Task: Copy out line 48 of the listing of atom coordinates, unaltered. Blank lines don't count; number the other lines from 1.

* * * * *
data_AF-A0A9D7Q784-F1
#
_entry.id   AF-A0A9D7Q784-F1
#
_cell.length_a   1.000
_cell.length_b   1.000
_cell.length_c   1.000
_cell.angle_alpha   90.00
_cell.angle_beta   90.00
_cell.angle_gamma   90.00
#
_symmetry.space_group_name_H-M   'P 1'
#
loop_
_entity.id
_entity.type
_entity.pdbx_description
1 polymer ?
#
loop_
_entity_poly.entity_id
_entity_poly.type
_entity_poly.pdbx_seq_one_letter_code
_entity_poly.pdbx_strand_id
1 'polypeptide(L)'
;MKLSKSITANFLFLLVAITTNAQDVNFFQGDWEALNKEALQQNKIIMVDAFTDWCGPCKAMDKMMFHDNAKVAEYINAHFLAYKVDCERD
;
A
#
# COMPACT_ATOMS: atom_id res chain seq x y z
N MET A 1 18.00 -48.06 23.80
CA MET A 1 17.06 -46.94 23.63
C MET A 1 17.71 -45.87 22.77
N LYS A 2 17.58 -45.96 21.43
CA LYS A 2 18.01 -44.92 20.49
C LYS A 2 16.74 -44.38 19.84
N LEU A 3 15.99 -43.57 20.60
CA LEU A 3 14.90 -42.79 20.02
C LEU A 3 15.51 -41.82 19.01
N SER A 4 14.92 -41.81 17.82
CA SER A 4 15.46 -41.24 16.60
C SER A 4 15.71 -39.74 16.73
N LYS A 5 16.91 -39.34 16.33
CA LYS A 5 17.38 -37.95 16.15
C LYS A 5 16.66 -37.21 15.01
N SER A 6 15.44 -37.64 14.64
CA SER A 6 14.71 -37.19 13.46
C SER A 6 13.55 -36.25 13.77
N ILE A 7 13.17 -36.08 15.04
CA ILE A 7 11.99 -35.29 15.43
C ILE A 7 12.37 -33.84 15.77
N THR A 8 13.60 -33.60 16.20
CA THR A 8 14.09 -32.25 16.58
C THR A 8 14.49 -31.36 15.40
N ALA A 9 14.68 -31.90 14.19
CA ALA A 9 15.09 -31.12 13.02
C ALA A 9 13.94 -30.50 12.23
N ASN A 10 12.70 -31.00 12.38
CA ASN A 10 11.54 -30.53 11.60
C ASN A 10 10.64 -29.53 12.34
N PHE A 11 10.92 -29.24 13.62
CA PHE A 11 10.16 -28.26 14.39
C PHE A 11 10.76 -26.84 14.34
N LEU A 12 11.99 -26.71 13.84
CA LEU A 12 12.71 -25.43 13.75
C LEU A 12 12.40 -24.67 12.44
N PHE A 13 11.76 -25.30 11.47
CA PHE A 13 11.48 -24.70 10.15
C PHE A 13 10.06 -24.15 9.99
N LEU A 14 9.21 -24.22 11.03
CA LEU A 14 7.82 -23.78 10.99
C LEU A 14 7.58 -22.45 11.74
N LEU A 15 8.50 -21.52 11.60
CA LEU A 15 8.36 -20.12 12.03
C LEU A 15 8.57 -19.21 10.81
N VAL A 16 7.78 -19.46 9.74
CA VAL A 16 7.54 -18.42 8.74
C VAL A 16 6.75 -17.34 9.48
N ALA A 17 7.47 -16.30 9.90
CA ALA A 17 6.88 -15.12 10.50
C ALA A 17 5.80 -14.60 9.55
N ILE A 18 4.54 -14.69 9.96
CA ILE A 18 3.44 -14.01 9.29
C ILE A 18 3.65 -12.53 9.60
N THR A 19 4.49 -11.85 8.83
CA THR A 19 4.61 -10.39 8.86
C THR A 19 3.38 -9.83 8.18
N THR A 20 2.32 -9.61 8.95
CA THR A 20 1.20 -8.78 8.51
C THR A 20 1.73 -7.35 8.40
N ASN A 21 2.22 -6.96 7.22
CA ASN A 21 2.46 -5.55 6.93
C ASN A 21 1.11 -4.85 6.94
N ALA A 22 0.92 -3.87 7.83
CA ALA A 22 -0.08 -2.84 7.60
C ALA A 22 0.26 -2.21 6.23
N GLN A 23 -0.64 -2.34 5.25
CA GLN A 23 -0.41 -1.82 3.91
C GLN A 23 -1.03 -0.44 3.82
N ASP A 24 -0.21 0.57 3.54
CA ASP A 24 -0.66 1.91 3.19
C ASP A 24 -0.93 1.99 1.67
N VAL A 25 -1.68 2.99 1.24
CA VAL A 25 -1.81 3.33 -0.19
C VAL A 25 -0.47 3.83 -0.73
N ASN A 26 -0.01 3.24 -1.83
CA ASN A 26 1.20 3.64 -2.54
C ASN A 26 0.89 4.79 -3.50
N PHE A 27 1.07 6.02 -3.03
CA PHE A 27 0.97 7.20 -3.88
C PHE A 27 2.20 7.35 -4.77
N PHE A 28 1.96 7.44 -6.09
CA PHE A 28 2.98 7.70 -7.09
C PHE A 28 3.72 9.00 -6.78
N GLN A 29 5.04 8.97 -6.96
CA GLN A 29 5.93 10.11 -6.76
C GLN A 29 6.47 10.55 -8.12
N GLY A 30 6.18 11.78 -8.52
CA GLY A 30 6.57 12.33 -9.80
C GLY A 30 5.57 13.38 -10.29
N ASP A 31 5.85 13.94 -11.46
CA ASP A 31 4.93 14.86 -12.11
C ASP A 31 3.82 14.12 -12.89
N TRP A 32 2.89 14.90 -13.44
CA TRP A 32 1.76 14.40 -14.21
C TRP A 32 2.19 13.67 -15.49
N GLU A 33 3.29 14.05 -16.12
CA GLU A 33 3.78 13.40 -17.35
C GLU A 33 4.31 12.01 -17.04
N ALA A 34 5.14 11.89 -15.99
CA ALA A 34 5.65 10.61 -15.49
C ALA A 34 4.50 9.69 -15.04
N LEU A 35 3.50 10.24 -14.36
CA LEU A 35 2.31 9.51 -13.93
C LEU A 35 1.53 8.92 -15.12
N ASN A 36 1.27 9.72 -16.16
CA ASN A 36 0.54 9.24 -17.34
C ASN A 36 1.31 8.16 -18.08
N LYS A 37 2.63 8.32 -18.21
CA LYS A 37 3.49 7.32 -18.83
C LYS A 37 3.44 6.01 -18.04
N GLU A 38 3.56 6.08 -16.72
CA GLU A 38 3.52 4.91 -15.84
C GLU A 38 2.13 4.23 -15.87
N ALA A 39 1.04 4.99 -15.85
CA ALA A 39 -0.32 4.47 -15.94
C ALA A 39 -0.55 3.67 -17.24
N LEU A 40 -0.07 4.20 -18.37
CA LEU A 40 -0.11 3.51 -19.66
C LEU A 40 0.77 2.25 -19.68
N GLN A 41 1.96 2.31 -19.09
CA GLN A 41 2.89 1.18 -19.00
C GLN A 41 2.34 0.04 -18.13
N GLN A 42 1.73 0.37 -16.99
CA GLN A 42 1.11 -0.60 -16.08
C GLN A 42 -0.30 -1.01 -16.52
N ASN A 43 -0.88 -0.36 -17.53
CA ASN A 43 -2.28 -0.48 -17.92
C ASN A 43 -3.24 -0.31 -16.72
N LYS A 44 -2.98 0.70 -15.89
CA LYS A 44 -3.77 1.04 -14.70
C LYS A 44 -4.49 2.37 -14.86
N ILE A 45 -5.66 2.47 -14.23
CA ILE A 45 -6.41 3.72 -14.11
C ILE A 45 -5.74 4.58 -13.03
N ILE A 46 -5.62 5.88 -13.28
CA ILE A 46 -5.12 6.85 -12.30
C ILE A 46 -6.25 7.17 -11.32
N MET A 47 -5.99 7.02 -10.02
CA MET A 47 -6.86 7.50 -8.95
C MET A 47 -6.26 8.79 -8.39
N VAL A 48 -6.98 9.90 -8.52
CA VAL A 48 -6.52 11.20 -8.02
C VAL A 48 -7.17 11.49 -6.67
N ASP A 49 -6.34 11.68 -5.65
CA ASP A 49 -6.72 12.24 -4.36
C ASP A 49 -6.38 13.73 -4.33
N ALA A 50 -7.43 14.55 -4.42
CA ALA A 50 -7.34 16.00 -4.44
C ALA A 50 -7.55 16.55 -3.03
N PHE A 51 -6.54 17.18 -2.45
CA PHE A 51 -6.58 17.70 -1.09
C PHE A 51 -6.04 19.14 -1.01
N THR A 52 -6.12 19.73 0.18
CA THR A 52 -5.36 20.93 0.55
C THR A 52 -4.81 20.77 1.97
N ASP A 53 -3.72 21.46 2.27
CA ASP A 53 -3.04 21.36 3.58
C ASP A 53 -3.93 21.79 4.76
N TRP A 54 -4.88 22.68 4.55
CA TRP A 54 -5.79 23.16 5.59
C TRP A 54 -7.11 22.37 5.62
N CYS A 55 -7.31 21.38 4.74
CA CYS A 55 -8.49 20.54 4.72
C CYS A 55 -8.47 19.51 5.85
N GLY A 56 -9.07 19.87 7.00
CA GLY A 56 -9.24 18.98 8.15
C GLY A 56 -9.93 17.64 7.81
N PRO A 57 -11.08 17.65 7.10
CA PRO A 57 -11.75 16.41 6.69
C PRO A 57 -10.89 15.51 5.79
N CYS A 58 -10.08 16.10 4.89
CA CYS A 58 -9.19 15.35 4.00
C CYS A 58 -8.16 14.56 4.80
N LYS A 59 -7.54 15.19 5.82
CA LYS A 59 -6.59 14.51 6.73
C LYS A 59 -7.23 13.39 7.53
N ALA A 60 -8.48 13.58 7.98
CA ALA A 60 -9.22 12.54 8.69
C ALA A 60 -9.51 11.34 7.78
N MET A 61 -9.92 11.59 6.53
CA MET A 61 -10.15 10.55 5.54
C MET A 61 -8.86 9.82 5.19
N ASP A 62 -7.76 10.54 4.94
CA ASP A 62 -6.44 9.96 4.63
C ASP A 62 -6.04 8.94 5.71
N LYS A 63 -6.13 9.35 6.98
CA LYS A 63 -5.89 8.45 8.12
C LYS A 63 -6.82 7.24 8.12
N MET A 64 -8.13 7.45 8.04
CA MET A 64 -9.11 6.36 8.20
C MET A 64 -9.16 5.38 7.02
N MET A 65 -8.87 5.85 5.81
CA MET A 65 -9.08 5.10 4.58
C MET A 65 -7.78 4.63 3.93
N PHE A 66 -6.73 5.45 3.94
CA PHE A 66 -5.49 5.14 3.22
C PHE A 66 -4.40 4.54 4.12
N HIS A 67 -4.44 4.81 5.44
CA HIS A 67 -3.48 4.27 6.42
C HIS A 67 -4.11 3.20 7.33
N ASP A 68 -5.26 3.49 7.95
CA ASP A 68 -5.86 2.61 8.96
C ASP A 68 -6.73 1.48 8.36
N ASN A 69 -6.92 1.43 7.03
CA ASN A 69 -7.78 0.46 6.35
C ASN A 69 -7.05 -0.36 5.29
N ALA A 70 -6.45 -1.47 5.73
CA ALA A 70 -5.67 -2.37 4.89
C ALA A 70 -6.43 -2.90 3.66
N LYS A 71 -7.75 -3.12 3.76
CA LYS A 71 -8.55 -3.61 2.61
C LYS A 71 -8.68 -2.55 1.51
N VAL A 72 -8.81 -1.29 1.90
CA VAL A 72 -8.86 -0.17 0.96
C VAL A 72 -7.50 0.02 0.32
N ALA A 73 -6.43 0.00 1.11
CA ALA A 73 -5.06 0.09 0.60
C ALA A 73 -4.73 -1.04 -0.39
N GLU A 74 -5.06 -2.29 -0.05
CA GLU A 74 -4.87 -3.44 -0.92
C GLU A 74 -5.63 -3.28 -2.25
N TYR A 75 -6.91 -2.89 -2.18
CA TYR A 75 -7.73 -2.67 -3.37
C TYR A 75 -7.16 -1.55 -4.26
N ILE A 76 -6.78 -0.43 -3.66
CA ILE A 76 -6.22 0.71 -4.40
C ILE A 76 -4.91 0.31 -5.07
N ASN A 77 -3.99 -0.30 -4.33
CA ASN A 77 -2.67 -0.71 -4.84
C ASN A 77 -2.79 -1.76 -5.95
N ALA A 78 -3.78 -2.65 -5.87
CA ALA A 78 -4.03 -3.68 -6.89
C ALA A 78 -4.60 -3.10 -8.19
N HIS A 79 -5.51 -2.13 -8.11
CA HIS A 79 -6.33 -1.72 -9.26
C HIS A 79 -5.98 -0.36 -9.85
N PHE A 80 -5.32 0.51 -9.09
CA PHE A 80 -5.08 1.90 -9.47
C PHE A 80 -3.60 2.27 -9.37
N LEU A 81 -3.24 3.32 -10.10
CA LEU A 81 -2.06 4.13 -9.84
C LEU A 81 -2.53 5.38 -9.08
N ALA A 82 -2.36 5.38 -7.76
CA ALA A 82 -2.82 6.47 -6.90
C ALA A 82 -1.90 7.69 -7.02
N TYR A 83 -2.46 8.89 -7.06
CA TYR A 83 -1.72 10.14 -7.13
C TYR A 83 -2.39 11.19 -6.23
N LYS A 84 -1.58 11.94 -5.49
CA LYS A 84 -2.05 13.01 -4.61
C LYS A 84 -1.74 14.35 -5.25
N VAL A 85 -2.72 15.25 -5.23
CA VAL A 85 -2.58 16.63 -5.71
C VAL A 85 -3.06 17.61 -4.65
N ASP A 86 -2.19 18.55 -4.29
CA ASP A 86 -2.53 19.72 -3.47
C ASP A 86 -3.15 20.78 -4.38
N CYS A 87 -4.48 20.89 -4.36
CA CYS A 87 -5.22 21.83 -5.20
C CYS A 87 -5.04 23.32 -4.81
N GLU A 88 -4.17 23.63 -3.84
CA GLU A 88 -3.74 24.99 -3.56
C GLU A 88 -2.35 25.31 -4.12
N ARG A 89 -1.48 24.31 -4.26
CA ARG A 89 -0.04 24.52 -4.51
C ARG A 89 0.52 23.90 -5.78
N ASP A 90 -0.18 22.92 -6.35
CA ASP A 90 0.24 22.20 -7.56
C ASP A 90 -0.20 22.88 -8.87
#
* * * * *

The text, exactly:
C SER A 6 13.55 -36.25 13.77